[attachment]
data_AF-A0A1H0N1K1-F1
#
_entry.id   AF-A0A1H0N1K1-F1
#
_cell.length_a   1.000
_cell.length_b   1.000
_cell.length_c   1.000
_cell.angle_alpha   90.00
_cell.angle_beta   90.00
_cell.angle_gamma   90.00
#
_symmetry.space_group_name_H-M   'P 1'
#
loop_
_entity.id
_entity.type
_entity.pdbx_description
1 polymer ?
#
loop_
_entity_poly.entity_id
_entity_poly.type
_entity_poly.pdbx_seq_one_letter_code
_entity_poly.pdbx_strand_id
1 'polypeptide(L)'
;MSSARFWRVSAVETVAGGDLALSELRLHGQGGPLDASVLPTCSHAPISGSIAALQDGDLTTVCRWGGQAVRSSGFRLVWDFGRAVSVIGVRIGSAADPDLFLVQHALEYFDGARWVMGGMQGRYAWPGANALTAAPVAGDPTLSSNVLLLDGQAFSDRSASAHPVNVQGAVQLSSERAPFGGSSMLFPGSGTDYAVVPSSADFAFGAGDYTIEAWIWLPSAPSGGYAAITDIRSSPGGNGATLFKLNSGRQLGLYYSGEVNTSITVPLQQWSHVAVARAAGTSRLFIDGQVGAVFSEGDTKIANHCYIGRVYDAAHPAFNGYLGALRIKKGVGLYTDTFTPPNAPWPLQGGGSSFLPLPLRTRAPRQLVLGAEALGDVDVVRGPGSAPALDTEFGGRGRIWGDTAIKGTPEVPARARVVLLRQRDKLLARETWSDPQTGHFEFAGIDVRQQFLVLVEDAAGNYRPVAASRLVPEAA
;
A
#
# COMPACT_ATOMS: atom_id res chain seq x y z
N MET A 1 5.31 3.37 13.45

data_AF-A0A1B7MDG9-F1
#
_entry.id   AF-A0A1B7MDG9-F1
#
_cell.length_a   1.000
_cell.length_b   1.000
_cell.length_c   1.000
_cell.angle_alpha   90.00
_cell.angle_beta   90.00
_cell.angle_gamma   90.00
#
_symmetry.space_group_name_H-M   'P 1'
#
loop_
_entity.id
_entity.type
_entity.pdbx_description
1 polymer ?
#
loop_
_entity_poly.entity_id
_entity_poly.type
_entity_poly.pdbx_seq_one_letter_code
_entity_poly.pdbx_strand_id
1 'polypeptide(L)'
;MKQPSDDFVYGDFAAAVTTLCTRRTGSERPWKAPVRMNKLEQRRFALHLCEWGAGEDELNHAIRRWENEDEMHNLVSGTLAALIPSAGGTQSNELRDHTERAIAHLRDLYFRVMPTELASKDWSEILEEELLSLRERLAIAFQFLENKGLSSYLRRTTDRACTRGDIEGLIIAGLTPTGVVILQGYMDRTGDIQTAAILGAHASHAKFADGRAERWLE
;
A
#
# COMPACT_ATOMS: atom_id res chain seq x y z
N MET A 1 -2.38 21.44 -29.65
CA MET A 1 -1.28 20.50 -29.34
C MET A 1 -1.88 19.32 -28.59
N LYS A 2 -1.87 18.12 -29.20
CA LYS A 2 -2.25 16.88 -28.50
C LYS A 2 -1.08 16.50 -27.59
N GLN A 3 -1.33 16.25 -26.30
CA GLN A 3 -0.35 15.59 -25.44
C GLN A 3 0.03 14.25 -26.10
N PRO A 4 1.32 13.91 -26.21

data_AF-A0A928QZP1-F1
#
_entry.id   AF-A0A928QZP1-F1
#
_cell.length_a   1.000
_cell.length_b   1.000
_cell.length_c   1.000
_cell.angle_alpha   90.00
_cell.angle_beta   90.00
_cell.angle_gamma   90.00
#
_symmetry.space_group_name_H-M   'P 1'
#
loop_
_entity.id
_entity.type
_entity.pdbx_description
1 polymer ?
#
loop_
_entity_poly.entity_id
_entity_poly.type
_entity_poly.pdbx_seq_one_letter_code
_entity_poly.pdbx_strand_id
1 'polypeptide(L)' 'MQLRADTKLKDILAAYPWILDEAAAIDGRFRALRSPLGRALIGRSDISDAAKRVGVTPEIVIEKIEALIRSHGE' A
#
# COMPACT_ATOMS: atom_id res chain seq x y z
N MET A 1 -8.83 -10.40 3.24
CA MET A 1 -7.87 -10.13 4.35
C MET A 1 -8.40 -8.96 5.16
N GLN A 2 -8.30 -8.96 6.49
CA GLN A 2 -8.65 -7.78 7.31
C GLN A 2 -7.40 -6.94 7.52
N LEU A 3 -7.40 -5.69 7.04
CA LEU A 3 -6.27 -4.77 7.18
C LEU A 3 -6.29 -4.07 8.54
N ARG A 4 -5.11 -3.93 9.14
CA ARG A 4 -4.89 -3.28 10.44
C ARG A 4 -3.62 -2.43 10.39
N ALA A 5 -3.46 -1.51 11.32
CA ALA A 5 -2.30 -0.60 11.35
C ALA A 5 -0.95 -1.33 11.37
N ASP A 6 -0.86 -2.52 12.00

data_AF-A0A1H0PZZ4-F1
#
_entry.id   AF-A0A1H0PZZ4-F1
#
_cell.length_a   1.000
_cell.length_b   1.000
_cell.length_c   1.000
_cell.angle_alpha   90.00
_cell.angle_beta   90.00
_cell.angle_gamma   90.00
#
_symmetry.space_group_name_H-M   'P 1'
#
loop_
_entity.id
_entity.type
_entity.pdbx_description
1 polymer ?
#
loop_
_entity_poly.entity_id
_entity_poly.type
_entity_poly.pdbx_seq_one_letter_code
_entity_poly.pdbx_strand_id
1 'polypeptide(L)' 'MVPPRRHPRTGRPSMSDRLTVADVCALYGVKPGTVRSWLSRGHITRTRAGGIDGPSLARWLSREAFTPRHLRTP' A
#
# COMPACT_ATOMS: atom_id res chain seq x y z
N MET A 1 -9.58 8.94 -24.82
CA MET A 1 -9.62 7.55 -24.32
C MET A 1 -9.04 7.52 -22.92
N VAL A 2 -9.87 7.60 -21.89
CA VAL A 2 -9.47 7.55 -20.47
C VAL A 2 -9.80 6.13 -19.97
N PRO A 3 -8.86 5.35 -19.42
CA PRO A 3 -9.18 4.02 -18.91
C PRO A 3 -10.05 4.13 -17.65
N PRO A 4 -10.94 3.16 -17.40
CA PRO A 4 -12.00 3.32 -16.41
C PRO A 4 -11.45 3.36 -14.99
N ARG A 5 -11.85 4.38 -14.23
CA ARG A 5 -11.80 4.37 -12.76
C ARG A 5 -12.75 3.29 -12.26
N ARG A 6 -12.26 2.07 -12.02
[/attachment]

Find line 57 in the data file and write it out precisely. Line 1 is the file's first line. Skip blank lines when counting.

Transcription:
;MKQPSDDFVYGDFAAAVTTLCTRRTGSERPWKAPVRMNKLEQRRFALHLCEWGAGEDELNHAIRRWENEDEMHNLVSGTLAALIPSAGGTQSNELRDHTERAIAHLRDLYFRVMPTELASKDWSEILEEELLSLRERLAIAFQFLENKGLSSYLRRTTDRACTRGDIEGLIIAGLTPTGVVILQGYMDRTGDIQTAAILGAHASHAKFADGRAERWLE